Michael Mallory

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Michael Mallory (born in Port Huron, Michigan in 1955) is a writer on the subjects of animation and post-war pop culture, and the author of the books X-Men: The Characters and Their Universe, Universal Studios Monsters: A Legacy of Horror and The Science Fiction Universe and Beyond. As an animation and film historian he has written over 500 articles, frequently for Variety, The Los Angeles Times and Animation Magazine, and has been featured in documentaries and DVD extras about animation. He co-authored the memoirs of animation legend Iwao Takamoto, which were published in 2009 as Iwao Takamoto: My Life with a Thousand Characters.

Life[edit]

Mallory was raised in Pontiac, Michigan, a suburb of Detroit. As a teenager he appeared in summer stock plays with the Kenley Players and went on to receive a degree in Speech, with a theatre/broadcasting emphasis, from Drury College (now Drury University) in Springfield, Missouri. After a stint as a radio newscaster in Springfield he relocated to Los Angeles to pursue an acting career. He made numerous appearances on the local stage and played bit roles in films such as Frances, Staying Alive and Eleanor: First Lady of the World (all 1982) and on television in Days of Our Lives, Santa Barbara and General Hospital, as well as a handful of commercials and industrial films. More recently he has appeared on Mad Men, Vegas, and Mob City, in which he played Abe "Greenie" Greenberg, whose murder propels the plot of the series, and Angie Tribeca. In the late 1980s Mallory made writing his primary pursuit and for a while he served as a writer for Disneyland and other theme park venues. He scripted the large-format, 3-D attraction film Haunts of the Olde Country, which premiered at Busch Gardens in Williamsburg, Virginia, in 1993 and played there for several years. He was among the first recipients of a Derringer Award, winning in 1998 for Best Flash (short-short) Mystery Story, and his story "The Beast of Guangming Peak" was listed as a "Distinguished Mystery Story of 2004" in the book "The Best American Mystery Stories, 2005," edited by Joyce Carol Oates and Otto Penzler.[1] His 2009 book Universal Studios Monsters: A Legacy of Horror, a history of Universal horror film series, earned an honorable mention from the Rondo Hatton Classic Horror Awards, and Marvel: The Expanding Universe Wall Chart took the Silver 2009 Book of the Year Award from ForeWord Reviews. He lives with his wife and son in Glendale, California.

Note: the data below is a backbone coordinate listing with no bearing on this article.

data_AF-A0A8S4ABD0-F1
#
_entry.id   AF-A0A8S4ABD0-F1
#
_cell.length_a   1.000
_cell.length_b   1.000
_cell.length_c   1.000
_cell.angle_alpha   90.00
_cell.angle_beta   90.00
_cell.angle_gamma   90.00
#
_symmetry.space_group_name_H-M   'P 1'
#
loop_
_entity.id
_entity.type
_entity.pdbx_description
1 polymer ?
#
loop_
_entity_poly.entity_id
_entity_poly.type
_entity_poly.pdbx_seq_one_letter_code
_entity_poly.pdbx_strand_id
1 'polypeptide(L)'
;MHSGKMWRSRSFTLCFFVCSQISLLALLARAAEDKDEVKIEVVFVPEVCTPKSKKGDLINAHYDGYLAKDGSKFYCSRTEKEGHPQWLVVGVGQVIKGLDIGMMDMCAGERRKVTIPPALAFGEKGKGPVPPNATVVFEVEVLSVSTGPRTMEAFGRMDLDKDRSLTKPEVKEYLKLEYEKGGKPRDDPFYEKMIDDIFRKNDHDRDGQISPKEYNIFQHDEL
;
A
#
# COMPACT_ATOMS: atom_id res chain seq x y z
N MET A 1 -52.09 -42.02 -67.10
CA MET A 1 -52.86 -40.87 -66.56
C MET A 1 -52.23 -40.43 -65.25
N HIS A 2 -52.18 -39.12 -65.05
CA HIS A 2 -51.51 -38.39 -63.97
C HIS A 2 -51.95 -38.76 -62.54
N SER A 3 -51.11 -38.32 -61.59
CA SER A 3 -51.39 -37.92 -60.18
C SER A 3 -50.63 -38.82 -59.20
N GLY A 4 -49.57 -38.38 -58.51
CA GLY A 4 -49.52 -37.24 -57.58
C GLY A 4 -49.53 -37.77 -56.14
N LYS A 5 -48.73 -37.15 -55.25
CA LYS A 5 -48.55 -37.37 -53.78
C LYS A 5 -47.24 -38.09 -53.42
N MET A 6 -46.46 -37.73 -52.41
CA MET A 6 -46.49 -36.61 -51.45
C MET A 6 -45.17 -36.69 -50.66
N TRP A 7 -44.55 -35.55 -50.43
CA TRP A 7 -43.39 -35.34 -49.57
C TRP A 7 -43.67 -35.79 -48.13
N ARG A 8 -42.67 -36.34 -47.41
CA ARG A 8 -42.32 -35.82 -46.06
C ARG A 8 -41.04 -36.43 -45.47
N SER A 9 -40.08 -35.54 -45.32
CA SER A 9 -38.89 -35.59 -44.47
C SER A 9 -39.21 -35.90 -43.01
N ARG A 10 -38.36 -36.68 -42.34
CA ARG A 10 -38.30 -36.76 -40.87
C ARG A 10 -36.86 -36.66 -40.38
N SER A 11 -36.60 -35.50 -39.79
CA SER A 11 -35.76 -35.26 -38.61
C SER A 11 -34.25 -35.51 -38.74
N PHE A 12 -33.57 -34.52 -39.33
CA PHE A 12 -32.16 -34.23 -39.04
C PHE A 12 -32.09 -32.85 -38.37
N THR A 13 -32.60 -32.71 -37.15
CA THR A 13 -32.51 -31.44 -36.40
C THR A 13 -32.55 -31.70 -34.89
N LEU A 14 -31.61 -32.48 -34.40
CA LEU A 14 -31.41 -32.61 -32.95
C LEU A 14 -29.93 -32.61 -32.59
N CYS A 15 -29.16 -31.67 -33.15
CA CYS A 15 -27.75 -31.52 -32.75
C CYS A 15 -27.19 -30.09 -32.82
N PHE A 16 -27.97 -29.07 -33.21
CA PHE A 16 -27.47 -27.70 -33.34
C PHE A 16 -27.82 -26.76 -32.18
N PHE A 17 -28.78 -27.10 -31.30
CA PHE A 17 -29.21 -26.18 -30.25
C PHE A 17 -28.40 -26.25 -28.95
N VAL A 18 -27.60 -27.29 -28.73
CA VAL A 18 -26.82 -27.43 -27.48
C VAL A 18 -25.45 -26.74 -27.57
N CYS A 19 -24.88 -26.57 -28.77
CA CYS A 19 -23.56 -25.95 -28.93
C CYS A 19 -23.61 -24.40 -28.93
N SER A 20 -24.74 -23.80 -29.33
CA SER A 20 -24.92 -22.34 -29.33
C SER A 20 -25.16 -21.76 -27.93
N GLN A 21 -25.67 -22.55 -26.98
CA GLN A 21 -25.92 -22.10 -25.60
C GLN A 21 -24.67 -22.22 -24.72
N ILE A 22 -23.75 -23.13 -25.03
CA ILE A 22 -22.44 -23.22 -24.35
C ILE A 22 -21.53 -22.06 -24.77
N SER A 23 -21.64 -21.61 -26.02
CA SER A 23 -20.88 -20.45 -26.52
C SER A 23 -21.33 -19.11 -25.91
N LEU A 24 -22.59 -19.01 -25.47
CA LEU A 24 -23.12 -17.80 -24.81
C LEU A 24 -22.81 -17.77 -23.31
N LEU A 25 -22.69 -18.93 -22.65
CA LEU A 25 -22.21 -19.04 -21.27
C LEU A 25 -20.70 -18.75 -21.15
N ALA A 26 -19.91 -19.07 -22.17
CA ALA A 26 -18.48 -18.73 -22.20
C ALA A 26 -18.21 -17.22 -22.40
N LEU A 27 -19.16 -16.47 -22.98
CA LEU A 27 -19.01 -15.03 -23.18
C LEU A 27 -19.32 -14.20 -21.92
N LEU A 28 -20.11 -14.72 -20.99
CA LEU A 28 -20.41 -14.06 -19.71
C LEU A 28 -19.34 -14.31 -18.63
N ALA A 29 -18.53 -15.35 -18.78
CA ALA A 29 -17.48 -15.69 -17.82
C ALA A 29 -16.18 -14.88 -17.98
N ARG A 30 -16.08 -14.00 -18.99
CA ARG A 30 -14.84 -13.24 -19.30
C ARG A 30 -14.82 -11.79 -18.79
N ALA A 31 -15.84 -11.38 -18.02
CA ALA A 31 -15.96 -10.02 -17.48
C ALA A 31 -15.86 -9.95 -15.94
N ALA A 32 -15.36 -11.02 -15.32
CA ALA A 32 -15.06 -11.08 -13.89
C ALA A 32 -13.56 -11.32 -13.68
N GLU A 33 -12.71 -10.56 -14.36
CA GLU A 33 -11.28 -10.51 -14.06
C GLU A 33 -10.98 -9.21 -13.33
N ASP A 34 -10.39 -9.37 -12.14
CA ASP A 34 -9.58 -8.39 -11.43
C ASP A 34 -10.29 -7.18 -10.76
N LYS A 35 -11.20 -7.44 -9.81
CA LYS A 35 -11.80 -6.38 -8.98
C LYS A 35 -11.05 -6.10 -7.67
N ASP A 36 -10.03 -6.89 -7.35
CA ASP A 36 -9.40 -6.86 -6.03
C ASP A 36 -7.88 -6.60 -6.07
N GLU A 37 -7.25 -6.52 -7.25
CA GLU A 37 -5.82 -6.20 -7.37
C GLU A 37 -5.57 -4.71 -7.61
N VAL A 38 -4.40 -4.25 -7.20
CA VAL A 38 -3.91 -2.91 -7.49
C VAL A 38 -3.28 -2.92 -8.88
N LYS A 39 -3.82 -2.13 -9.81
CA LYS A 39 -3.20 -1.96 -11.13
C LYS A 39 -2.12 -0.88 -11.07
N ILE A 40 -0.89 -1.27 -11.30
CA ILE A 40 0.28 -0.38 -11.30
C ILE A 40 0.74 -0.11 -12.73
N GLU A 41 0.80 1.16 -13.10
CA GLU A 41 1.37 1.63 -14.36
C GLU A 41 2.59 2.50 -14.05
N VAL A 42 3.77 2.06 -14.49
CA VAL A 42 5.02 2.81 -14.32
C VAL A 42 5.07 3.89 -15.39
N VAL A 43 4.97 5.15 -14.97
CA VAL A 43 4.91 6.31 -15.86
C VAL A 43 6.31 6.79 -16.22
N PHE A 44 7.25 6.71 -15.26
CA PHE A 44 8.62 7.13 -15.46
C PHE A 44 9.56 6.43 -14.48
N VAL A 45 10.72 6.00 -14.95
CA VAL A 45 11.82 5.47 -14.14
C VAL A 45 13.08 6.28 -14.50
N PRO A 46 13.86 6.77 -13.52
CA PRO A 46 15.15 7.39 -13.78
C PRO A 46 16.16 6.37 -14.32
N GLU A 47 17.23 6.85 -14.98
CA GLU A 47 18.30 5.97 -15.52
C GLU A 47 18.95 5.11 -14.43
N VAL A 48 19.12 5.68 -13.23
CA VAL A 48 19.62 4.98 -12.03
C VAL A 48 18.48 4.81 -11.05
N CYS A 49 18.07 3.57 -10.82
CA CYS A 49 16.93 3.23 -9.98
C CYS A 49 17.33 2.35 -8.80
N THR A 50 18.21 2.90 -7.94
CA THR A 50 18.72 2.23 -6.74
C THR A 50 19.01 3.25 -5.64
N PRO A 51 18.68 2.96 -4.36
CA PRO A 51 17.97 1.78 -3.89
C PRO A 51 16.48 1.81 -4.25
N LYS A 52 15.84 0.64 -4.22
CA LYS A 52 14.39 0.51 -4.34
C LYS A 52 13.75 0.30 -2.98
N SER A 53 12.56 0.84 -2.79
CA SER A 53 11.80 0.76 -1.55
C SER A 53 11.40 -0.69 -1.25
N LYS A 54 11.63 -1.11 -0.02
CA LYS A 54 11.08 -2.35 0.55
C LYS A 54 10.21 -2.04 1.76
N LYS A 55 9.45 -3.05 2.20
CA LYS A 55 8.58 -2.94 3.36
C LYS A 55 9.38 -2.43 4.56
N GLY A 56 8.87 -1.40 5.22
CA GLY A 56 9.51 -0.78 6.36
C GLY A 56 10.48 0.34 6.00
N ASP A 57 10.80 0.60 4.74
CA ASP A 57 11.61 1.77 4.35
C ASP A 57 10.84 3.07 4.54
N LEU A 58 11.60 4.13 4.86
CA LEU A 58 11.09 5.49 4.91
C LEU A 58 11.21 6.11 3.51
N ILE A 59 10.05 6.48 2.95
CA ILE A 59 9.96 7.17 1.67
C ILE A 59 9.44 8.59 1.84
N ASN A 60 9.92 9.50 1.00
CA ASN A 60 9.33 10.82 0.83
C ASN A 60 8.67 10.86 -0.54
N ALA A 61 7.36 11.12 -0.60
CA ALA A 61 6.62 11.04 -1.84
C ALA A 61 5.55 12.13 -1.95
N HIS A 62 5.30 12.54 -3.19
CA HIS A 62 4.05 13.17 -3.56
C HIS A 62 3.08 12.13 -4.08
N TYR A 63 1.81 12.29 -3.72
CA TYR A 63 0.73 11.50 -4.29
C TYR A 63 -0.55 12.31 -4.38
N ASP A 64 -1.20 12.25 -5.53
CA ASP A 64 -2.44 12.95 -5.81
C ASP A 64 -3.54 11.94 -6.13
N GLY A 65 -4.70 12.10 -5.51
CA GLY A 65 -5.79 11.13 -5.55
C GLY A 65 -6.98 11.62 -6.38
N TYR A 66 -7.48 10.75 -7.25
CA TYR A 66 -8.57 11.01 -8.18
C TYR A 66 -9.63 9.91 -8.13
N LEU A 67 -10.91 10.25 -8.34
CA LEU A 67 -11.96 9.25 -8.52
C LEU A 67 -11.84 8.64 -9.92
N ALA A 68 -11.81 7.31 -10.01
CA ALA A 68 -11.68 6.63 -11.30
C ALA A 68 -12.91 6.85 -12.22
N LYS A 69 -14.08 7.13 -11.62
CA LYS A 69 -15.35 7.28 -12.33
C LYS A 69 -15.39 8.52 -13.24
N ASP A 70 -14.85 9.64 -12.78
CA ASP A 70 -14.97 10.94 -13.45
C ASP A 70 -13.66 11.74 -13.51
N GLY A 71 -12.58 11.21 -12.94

Mystery writing[edit]